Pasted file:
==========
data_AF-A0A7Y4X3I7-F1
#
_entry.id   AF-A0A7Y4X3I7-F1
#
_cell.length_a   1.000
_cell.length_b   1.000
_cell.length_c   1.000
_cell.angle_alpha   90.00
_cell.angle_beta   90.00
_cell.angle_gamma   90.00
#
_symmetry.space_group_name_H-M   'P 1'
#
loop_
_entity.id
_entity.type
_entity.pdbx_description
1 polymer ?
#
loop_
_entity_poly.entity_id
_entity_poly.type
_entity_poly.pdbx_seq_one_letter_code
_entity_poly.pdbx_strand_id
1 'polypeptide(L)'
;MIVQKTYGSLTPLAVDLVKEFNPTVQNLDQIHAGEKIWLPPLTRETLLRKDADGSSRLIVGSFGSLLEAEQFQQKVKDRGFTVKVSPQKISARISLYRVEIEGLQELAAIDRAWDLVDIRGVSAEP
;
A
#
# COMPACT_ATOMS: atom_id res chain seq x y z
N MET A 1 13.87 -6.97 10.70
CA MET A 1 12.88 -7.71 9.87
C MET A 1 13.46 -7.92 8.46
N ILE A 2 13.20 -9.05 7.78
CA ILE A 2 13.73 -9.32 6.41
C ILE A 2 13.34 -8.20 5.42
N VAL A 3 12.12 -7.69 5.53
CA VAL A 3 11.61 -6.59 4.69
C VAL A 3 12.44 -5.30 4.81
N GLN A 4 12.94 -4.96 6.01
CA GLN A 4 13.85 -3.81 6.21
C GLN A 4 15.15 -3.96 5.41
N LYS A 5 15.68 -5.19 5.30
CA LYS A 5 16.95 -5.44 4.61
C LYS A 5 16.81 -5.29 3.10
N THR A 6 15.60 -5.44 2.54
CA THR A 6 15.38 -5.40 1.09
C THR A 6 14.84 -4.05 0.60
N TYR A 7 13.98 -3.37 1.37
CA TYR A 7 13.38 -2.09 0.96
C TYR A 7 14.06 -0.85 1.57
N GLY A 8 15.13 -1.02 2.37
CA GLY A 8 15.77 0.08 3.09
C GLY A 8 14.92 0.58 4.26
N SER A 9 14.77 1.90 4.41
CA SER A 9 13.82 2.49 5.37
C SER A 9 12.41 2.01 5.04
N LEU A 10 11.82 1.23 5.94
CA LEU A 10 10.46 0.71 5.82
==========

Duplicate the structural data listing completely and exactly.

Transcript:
data_AF-A0A7Y4X3I7-F1
#
_entry.id   AF-A0A7Y4X3I7-F1
#
_cell.length_a   1.000
_cell.length_b   1.000
_cell.length_c   1.000
_cell.angle_alpha   90.00
_cell.angle_beta   90.00
_cell.angle_gamma   90.00
#
_symmetry.space_group_name_H-M   'P 1'
#
loop_
_entity.id
_entity.type
_entity.pdbx_description
1 polymer ?
#
loop_
_entity_poly.entity_id
_entity_poly.type
_entity_poly.pdbx_seq_one_letter_code
_entity_poly.pdbx_strand_id
1 'polypeptide(L)'
;MIVQKTYGSLTPLAVDLVKEFNPTVQNLDQIHAGEKIWLPPLTRETLLRKDADGSSRLIVGSFGSLLEAEQFQQKVKDRGFTVKVSPQKISARISLYRVEIEGLQELAAIDRAWDLVDIRGVSAEP
;
A
#
# COMPACT_ATOMS: atom_id res chain seq x y z
N MET A 1 13.87 -6.97 10.70
CA MET A 1 12.88 -7.71 9.87
C MET A 1 13.46 -7.92 8.46
N ILE A 2 13.20 -9.05 7.78
CA ILE A 2 13.73 -9.32 6.41
C ILE A 2 13.34 -8.20 5.42
N VAL A 3 12.12 -7.69 5.53
CA VAL A 3 11.61 -6.59 4.69
C VAL A 3 12.44 -5.30 4.81
N GLN A 4 12.94 -4.96 6.01
CA GLN A 4 13.85 -3.81 6.21
C GLN A 4 15.15 -3.96 5.41
N LYS A 5 15.68 -5.19 5.30
CA LYS A 5 16.95 -5.44 4.61
C LYS A 5 16.81 -5.29 3.10
N THR A 6 15.60 -5.44 2.54
CA THR A 6 15.38 -5.40 1.09
C THR A 6 14.84 -4.05 0.60
N TYR A 7 13.98 -3.37 1.37
CA TYR A 7 13.38 -2.09 0.96
C TYR A 7 14.06 -0.85 1.57
N GLY A 8 15.13 -1.02 2.37
CA GLY A 8 15.77 0.08 3.09
C GLY A 8 14.92 0.58 4.26
N SER A 9 14.77 1.90 4.41
CA SER A 9 13.82 2.49 5.37
C SER A 9 12.41 2.01 5.04
N LEU A 10 11.82 1.23 5.94
CA LEU A 10 10.46 0.71 5.82